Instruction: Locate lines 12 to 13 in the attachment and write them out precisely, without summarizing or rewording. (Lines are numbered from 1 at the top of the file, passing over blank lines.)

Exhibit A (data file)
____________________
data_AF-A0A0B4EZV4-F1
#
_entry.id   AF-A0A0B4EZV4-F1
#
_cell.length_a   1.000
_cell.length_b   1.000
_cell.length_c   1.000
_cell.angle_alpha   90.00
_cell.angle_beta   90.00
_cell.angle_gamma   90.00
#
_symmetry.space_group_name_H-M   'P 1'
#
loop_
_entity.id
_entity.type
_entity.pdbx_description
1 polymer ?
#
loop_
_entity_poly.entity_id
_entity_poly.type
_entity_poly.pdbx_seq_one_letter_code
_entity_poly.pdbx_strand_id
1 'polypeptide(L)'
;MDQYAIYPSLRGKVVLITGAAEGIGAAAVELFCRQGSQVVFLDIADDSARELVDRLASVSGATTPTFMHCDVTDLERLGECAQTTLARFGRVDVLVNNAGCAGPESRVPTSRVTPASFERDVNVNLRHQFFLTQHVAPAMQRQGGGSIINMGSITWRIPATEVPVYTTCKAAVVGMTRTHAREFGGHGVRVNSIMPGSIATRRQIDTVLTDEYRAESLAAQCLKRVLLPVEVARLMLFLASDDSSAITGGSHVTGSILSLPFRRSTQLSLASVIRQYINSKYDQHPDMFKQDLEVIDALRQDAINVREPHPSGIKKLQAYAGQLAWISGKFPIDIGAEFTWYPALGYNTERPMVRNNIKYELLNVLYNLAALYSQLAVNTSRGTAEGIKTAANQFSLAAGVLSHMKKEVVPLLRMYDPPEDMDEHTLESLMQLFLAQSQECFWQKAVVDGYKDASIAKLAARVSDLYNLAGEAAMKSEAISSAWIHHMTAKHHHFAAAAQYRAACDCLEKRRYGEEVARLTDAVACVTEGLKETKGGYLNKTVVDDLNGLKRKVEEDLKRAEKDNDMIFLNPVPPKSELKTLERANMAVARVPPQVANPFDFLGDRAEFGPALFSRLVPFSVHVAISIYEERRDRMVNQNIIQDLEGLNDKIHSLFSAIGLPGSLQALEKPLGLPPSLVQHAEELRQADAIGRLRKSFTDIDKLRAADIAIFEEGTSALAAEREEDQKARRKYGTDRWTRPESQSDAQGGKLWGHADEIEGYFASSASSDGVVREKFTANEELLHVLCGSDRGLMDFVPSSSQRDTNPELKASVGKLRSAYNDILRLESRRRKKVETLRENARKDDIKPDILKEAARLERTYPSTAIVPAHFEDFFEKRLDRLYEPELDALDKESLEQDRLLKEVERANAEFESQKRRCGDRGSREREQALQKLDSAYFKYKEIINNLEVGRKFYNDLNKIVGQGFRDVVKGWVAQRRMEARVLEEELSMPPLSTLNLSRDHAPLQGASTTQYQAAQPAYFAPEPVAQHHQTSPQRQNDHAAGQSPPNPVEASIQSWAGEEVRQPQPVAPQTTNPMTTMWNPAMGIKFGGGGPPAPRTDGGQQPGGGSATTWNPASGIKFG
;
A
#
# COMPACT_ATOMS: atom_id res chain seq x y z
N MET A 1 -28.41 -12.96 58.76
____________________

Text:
_symmetry.space_group_name_H-M   'P 1'
#